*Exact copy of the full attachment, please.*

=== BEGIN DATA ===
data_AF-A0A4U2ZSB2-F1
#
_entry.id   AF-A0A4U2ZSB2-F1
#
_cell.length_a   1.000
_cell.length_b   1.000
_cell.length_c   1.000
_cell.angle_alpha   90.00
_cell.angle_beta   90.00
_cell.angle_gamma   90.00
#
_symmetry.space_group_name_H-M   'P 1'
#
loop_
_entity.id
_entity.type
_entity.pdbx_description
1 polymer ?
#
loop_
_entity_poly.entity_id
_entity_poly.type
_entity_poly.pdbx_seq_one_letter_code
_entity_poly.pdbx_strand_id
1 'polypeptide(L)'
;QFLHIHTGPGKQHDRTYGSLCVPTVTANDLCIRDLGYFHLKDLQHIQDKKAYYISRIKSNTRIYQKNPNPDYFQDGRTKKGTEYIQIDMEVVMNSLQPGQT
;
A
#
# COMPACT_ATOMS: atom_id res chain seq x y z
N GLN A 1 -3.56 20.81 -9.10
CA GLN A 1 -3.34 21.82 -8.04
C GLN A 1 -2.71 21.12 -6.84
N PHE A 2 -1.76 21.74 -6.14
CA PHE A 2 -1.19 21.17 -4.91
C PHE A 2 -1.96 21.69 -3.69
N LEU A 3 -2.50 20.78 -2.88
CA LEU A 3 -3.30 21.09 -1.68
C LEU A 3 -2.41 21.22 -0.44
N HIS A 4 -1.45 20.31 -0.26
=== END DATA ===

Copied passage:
data_AF-A0A4U2ZSB2-F1
#
_entry.id   AF-A0A4U2ZSB2-F1
#
_cell.length_a   1.000
_cell.length_b   1.000
_cell.length_c   1.000
_cell.angle_alpha   90.00
_cell.angle_beta   90.00
_cell.angle_gamma   90.00
#
_symmetry.space_group_name_H-M   'P 1'
#
loop_
_entity.id
_entity.type
_entity.pdbx_description
1 polymer ?
#
loop_
_entity_poly.entity_id
_entity_poly.type
_entity_poly.pdbx_seq_one_letter_code
_entity_poly.pdbx_strand_id
1 'polypeptide(L)'
;QFLHIHTGPGKQHDRTYGSLCVPTVTANDLCIRDLGYFHLKDLQHIQDKKAYYISRIKSNTRIYQKNPNPDYFQDGRTKKGTEYIQIDMEVVMNSLQPGQT
;
A
#
# COMPACT_ATOMS: atom_id res chain seq x y z
N GLN A 1 -3.56 20.81 -9.10
CA GLN A 1 -3.34 21.82 -8.04
C GLN A 1 -2.71 21.12 -6.84
N PHE A 2 -1.76 21.74 -6.14
CA PHE A 2 -1.19 21.17 -4.91
C PHE A 2 -1.96 21.69 -3.69
N LEU A 3 -2.50 20.78 -2.88
CA LEU A 3 -3.30 21.09 -1.68
C LEU A 3 -2.41 21.22 -0.44
N HIS A 4 -1.45 20.31 -0.26